Changing up your Dynamic Product Ad copy has a dramatic and immediate effect on results.

Try refreshing your ad copy every week. Try another pitch, insert some fun emojis, make it seasonally appropriate, include positive customer reviews.

If you’re looking to explore Dynamic Ads, read the full article.

If you haven’t mastered the emoji game yet...

James Van Elswyk is there to help.

If you follow him on Facebook and in groups, you will notice he uses more emojis than the average person and he stated multiple times that he uses them in ads too.

Well, he explains why in the Purple Knowledge Lab group.

"Emojis, like art, express information and transfer emotions or feelings more elegantly and accurately then words as it leaves room for perception and interpretation."

Check all the tips for emojis in FB ads from James here.

Tennis superstar Maria Sharapova is already using James’s advice.

Verify your domain(s) if you want to edit the appearance of your links

Starting May 24, you will no longer be able to edit the appearance of your links on Facebook if you don’t verify it with Facebook’s domain verification tool in the Business Manager.

Info coming straight from Brad Forbush’s rep, again in the Purple Knowledge Lab Group.

Make opt-in forms compliant without killing conversion rates

Disclaimer: We’re not lawyers, we just try to share reasonable information we find on the topic and although we think it’s correct, lawmakers might disagree. You’re responsible for your own GDPR compliance.

Most people talking about how to make websites GDPR compliant show extremely ugly and intrusive banners, and endless checkboxes.

Depending on your business, you might get hit hard and actually have to use it but for most, it shouldn’t be that bad.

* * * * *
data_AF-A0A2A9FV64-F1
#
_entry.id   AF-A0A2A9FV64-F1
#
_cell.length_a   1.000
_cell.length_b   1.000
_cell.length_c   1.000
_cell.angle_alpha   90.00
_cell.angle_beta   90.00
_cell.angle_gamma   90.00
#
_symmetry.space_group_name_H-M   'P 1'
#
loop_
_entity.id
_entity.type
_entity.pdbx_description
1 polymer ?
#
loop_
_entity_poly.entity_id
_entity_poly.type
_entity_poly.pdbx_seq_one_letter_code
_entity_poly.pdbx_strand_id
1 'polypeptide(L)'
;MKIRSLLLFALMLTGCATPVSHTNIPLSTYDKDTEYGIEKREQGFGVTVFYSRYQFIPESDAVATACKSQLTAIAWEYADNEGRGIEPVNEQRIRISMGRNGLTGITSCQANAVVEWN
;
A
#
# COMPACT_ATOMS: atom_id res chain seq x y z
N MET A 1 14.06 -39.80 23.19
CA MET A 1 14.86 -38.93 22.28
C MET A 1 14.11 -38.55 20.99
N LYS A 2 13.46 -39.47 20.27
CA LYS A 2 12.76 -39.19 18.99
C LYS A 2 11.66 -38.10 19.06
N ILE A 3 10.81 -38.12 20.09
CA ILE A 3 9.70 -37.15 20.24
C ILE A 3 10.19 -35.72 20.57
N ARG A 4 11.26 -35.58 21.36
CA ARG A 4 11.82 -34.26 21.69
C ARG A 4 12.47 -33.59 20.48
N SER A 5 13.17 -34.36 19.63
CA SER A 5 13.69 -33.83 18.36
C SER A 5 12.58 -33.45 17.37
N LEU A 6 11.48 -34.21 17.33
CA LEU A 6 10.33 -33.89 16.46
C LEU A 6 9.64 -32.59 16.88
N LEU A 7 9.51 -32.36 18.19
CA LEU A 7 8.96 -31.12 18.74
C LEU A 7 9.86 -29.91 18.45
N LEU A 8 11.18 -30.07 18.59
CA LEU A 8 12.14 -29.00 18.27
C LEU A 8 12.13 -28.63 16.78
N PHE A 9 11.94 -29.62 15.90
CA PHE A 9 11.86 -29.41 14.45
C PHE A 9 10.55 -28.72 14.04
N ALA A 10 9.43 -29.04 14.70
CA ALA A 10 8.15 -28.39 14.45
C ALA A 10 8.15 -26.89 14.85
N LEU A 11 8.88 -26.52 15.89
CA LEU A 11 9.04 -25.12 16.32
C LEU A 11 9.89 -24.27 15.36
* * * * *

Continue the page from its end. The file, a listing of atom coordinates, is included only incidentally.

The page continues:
The folks at ThriveThemes have come out with a great explainer article where they give examples of a GDPR compliant approach to email that should not kill conversion rates.

In short, checkboxes should be used for things you cannot mention in the copy.

If you gather emails using a lead magnet, mention that people are signing up for your newsletter and promotional content AND get access to the ebook/infographic/whatever.

That’s really it when putting it shortly.

Then there’s the cookies and tracking consent when visiting a website. A reasonable tool for that is Cookiebot.

It automatically scans cookies you use and creates a banner where people can opt in or opt out.

Cool tech, (funny) business, lifestyle and all the other things affiliates like to chat about while sipping cocktails by the pool.
Apple started paying $15 billion European tax fine

Your Facebook accounts got banned or an affiliate network didn't pay you? Well of course that sucks, but what sucks even more is to pay a $15 billion fine.

In August 2016, the European Commission said that Apple benefited from illegal tax benefits in Ireland from 2003 to 2014.

It took a couple of years, but Apple has started to pay back these benefits to the Irish government.

The company has paid $1.77 billion (€1.5 billion) into an escrow account designed to hold the fine. Apple has to pay $15 billion in total (€13 billion).

Apple Inc. shareholders don’t seem to worry too much about it with the stock sitting at an all time high of $186 and a market cap of $915 billion.

The tech giant is just another 9 percent stock price increase away to become the first company to break the $1 trillion market cap.